It is important to diagnose the cause of bleeding and control it. A gastric tube may be used to decompress the stomach and reduce the risk of vomiting and aspiration.
If massive bleeding continues, it may be necessary to place an endotracheal airway.
Hemostasis may be obtained with:
Control of blood pressure
Vasoconstrictor based nasal decongestants
Injection of vasoconstrictors
Anterior and/or posterior nasal packing
In a nontrauma patient a common location for nasal bleeding is from Kiesselbach’s plexus. The surgeon must be aware that nasal bleeding following trauma may be from many other locations including the skull base.
Massive bleeding (not controlled) can be treated by head elevation, ice packs, tamponade using nasal packing, or a balloon device. If massive bleeding is uncontrolled, treatment begins with tamponade. If bleeding persists after removal of the tamponade, electrocoagulation might be helpful. Sometimes, massive bleeding is controlled using anterior and posterior packing (eg, Belloque tamponade, the balloon of a Foley catheter, or other balloon devices specifically designed for nasal tamponade). Proper positioning of packing is essential.
Adequate positioning of the patient has to be maintained.
5. Laryngeal fracture and trauma
Laryngeal trauma is often overlooked, and should be considered in any patient who has sustained severe facial trauma.
Laryngeal trauma should be suspected in any patient who has pain, swelling, ecchymosis, and/or subcutaneous emphysema over the laryngeal area. It is seldom the main complaint, and is often a subtle physical finding relative to the other obvious injuries to the face. Air within the tissues may be noticed on CT examination.
Laryngeal trauma commonly occurs from blunt trauma to the larynx. It can also be seen in patients following an event of strangulation or attempted hanging.
It may or may not be associated with a laryngeal fracture.
This case example shows a laryngeal fracture on the right side.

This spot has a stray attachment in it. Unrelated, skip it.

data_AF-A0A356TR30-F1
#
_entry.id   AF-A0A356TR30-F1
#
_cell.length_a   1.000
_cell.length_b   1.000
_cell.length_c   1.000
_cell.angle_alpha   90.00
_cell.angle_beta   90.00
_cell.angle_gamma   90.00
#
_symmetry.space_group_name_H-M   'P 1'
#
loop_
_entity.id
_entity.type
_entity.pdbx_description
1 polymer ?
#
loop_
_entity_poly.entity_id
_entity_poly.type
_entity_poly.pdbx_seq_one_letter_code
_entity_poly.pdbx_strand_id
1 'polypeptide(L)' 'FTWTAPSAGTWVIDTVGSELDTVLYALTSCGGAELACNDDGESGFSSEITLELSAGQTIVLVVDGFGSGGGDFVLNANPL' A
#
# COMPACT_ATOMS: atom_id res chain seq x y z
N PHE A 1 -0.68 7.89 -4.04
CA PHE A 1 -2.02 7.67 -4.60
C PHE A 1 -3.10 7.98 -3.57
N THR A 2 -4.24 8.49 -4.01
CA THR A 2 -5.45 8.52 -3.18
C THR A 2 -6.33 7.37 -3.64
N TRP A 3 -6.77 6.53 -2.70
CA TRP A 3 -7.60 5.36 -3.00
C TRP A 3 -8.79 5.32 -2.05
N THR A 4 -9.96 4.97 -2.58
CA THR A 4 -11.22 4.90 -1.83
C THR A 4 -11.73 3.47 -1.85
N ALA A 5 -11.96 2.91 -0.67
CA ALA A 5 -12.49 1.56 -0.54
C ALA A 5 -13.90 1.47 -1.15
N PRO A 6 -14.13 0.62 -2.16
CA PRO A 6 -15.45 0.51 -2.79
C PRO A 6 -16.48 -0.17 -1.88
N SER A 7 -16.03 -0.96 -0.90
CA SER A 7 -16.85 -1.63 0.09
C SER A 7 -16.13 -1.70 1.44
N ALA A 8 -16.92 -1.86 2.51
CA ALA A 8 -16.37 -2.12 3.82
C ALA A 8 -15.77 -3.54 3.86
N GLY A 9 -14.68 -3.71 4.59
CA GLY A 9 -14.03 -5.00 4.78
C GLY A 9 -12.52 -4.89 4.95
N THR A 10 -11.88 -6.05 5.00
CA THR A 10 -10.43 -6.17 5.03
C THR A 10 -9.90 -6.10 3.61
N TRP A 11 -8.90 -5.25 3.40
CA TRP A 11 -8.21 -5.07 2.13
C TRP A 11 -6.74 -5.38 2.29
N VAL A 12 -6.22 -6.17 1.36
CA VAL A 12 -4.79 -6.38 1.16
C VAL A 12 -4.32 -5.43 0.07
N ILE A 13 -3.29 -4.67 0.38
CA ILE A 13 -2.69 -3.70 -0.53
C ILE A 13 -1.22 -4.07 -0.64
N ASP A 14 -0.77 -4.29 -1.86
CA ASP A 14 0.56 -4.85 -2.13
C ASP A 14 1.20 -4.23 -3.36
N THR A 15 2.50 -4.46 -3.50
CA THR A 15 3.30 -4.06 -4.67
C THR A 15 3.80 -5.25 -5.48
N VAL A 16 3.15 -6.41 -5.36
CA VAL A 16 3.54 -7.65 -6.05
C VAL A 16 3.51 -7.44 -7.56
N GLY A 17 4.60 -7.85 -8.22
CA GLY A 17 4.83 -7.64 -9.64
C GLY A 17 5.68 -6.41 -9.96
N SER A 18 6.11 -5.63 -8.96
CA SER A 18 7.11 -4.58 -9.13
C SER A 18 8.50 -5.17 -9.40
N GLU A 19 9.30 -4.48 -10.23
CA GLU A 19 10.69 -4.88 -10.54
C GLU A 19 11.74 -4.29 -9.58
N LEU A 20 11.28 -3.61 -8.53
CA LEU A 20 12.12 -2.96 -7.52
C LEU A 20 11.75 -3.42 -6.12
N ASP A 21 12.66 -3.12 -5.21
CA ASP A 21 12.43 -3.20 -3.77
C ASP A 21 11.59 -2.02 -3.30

The patient may present with an inadequate airway. The injury may be associated with a laryngeal hematoma, making intubation difficult or impossible. An emergency cricothyroidotomy/coniotomy is possible in some circumstances. One risk of cricothyroidotomy/coniotomy is that the procedure is often performed through the zone of injury and of severe swelling and hematoma, resulting in significant bleeding and complete loss of the airway. Most surgeons would therefore recommend a tracheotomy (establishing the airway inferior to the zone of injury and swelling) rather than an emergency cricothyroidotomy/coniotomy if a significant laryngeal fracture is suspected.
6. Mandibulomaxillary fixation (MMF)
Airway may be compromised in patients in (mandibulomaxillary fixation) MMF. In addition to this, vomiting or a low Glasgow coma score (GCS) can result in further airway problems. To solve this problem, should it occur, the MMF must be released. For patients at risk, adequate internal fixation may obviate the need for MMF.
Note: care must be taken to be prepared for emergency release of MMF if airway problems arise.
There are two modes of nasal intubation:
1) During operation
The tube is inserted into the trachea and, once it is in place, the cuff is adequately pressurized to seal the trachea. The tube needs to be fixed in place. This can be done by suturing to the nasal septum (recommended in fracture repair) or by taping it to the nose and cheek area.
If this tube is used postoperatively the cuff is released and pressurized again every 2–3 hours. In this mode, saliva suction is necessary from time to time.
In some cases, a tracheotomy may be necessary.
A cannula is inserted into the trachea and stabilized with a tracheotomy tie and suture.
It is necessary that the secretions are suctioned frequently. Proper skin care is also essential.